|From:||Tom Lane <tgl(at)sss(dot)pgh(dot)pa(dot)us>|
|To:||Stephen Frost <sfrost(at)snowman(dot)net>|
|Cc:||Dean Rasheed <dean(dot)a(dot)rasheed(at)gmail(dot)com>, PostgreSQL Hackers <pgsql-hackers(at)postgresql(dot)org>|
|Subject:||Re: Improving RLS planning|
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Stephen Frost <sfrost(at)snowman(dot)net> writes:
> * Tom Lane (tgl(at)sss(dot)pgh(dot)pa(dot)us) wrote:
>> Here's an updated version of the RLS planning patch that gets rid of
>> the incorrect interaction with Query.hasRowSecurity and adjusts
>> terminology as agreed.
> I've spent a fair bit of time going over this change to understand it,
> how it works, and how it changes the way RLS and securiy barrier views
Thanks for the review. Attached is an updated patch that I believe
addresses all of the review comments so far. The code is unchanged from
v2, but I improved the README, some comments, and the regression tests.
> Are you thinking that we will be able to remove the cut-out in
> is_simple_subquery() which currently punts whenever an RTE is marked as
Yeah, that's the long-term plan, but it's not done yet.
> Speaking of which, it seems like we should probably update the README to
> include some mention, at least, of what we're doing today when it comes
> to joins which involve security barrier entanglements.
I tweaked the new section in README to point out specifically that
security views aren't flattened.
>> ! * In addition to the quals inherited from the parent, we might have
>> ! * securityQuals associated with this particular child node. (This
>> ! * won't happen in inheritance cases, only with appendrels originating
>> ! * from UNION ALL.)
> Right, this won't happen in inheritance cases because we explicitly
> don't consider the quals of the children when querying through the
> parent, similar to how we don't consider the GRANT-based permissions on
> the child tables. This is mentioned elsewhere but might make sense to
> also mention it here, or at least say 'see expand_inherited_rtentry()'.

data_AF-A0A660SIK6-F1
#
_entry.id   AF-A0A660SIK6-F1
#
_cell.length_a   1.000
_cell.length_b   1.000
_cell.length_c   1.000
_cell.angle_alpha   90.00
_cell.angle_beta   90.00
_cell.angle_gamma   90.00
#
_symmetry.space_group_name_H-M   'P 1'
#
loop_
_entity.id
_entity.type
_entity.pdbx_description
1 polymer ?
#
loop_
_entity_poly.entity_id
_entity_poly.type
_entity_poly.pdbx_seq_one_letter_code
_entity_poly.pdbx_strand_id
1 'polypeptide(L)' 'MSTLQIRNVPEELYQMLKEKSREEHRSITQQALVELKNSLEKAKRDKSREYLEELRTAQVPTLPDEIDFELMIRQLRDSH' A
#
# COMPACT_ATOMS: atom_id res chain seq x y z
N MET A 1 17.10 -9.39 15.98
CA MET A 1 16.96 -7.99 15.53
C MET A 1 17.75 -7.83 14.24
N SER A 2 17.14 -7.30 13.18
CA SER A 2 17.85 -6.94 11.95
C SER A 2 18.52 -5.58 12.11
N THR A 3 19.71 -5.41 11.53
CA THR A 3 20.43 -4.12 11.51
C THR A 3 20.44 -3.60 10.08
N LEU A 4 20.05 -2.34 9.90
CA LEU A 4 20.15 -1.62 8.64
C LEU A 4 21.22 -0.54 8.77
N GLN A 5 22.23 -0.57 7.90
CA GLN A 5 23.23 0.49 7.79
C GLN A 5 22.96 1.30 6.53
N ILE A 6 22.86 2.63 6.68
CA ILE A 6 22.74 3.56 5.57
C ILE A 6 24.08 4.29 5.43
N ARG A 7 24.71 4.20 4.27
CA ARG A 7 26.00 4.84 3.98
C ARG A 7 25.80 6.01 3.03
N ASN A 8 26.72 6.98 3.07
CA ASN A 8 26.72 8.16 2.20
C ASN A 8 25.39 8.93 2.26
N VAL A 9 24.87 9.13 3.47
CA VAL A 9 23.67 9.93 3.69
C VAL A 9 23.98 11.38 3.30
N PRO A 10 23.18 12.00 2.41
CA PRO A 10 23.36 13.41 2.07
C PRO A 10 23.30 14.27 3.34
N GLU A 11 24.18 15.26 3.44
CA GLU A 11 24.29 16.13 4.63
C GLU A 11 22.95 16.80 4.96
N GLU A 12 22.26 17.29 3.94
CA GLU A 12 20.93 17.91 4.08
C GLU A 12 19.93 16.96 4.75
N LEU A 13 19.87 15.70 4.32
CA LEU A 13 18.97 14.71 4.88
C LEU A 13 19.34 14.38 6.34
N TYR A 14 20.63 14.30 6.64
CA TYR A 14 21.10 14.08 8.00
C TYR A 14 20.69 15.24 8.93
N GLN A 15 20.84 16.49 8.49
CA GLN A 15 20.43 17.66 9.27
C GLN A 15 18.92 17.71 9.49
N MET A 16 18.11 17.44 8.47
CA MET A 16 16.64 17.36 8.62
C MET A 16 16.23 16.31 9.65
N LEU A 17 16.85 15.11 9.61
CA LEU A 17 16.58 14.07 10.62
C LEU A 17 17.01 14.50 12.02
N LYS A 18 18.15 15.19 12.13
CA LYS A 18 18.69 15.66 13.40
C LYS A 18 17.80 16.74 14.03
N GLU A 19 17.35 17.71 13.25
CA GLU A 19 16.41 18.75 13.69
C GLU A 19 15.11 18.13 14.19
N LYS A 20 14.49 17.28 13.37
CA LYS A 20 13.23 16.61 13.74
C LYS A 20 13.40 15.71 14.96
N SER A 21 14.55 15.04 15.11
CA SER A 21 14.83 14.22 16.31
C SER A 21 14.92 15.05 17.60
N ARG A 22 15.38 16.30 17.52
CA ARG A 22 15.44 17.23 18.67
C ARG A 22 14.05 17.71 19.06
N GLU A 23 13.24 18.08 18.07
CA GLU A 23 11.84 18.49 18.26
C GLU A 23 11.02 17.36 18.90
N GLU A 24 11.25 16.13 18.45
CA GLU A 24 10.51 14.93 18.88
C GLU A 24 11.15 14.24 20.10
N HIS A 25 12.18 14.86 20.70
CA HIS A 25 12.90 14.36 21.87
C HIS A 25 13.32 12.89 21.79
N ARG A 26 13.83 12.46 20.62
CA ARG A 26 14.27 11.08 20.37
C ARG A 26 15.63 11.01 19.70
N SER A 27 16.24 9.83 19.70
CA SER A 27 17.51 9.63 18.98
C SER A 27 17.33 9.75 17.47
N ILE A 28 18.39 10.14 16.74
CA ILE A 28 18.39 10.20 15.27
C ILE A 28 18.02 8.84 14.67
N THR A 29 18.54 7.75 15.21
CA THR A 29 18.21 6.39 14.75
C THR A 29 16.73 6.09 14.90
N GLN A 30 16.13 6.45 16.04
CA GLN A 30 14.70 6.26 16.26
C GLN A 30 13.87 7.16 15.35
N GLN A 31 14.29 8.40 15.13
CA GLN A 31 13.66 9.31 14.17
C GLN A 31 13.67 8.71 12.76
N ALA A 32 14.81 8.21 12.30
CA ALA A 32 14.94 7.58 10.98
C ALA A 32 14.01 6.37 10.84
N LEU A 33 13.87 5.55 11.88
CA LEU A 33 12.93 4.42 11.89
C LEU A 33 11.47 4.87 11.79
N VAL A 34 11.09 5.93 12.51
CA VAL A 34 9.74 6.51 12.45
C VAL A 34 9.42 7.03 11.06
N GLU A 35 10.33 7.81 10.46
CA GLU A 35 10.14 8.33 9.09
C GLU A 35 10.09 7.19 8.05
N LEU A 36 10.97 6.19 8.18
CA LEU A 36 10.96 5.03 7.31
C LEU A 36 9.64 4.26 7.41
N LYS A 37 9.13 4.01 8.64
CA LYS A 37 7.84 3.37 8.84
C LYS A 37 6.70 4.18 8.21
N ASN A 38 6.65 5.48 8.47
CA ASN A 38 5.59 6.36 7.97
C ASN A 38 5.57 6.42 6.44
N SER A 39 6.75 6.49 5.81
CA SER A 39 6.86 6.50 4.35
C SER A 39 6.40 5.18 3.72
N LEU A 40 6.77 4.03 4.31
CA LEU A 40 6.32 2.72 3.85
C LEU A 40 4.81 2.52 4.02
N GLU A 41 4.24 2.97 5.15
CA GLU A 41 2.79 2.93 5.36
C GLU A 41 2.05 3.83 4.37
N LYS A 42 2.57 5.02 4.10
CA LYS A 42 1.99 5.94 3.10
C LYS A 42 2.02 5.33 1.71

>> + /* Reject if it is potentially postponable by security considerations */
> The first comment makes a lot of sense, but the one-liner doesn't seem
> as clear, to me anyway.
Not sure how to make it better.
> The result of the above, as I understand it, is that security_level will
> either be zero, or the restrictinfo will be leakproof, no? Meaning that
> ec_max_security will either be zero, or the functions involved will be
> leakproof, right?
Right. We still have to check other member operators of the opfamily,
if we need to select one, but we at least know that the original clauses
> Perhaps it's more difficult than it's worth to come up with cases that
> cover the other code paths involved, but it seems like it might be good
> to at least try to as it's likely to happen in more cases now that we're
> returning (or should be, at least) InvalidOid due to the only operators
> found being leaky ones.
To test this you need a btree opclass that contains some leakproof and
some non-leakproof operators, which is a mite unusual, but fortunately
we already have a test (equivclass.sql) that creates such a situation.
I added a test there that demonstrates the planner backing off an
equivalence-class deduction in the presence of lower-level security
quals. We might have to tweak the test in future if we refine these
rules, but that seems fine.
> As discussed previously, this looks like a good, practical, hack, but I
> feel a little bad that we don't mention it anywhere except in this
> comment. Is it too low-level to get a mention in the README?
I also adjusted the test that was collapsing to a dummy query, and
updated the expected results for a couple of new queries that weren't
there two months ago.
regards, tom lane
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